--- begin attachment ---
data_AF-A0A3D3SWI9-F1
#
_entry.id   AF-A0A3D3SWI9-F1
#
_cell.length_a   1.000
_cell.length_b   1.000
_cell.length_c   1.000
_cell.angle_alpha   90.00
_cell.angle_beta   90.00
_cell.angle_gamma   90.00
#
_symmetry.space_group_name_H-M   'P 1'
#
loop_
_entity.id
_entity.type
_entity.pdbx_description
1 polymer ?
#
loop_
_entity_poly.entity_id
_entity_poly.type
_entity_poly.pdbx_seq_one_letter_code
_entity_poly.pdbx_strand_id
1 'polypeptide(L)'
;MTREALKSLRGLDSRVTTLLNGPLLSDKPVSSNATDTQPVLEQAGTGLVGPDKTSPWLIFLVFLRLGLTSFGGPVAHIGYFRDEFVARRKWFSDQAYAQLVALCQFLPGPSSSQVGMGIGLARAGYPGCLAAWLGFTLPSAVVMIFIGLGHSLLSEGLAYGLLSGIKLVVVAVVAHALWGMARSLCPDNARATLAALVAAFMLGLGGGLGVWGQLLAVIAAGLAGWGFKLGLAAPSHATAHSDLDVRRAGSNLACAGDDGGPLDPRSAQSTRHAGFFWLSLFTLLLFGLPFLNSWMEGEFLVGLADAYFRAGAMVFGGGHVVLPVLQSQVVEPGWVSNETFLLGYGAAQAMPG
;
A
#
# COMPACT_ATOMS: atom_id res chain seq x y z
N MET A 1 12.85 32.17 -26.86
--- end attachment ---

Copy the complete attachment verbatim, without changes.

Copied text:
data_AF-A0A3D3SWI9-F1
#
_entry.id   AF-A0A3D3SWI9-F1
#
_cell.length_a   1.000
_cell.length_b   1.000
_cell.length_c   1.000
_cell.angle_alpha   90.00
_cell.angle_beta   90.00
_cell.angle_gamma   90.00
#
_symmetry.space_group_name_H-M   'P 1'
#
loop_
_entity.id
_entity.type
_entity.pdbx_description
1 polymer ?
#
loop_
_entity_poly.entity_id
_entity_poly.type
_entity_poly.pdbx_seq_one_letter_code
_entity_poly.pdbx_strand_id
1 'polypeptide(L)'
;MTREALKSLRGLDSRVTTLLNGPLLSDKPVSSNATDTQPVLEQAGTGLVGPDKTSPWLIFLVFLRLGLTSFGGPVAHIGYFRDEFVARRKWFSDQAYAQLVALCQFLPGPSSSQVGMGIGLARAGYPGCLAAWLGFTLPSAVVMIFIGLGHSLLSEGLAYGLLSGIKLVVVAVVAHALWGMARSLCPDNARATLAALVAAFMLGLGGGLGVWGQLLAVIAAGLAGWGFKLGLAAPSHATAHSDLDVRRAGSNLACAGDDGGPLDPRSAQSTRHAGFFWLSLFTLLLFGLPFLNSWMEGEFLVGLADAYFRAGAMVFGGGHVVLPVLQSQVVEPGWVSNETFLLGYGAAQAMPG
;
A
#
# COMPACT_ATOMS: atom_id res chain seq x y z
N MET A 1 12.85 32.17 -26.86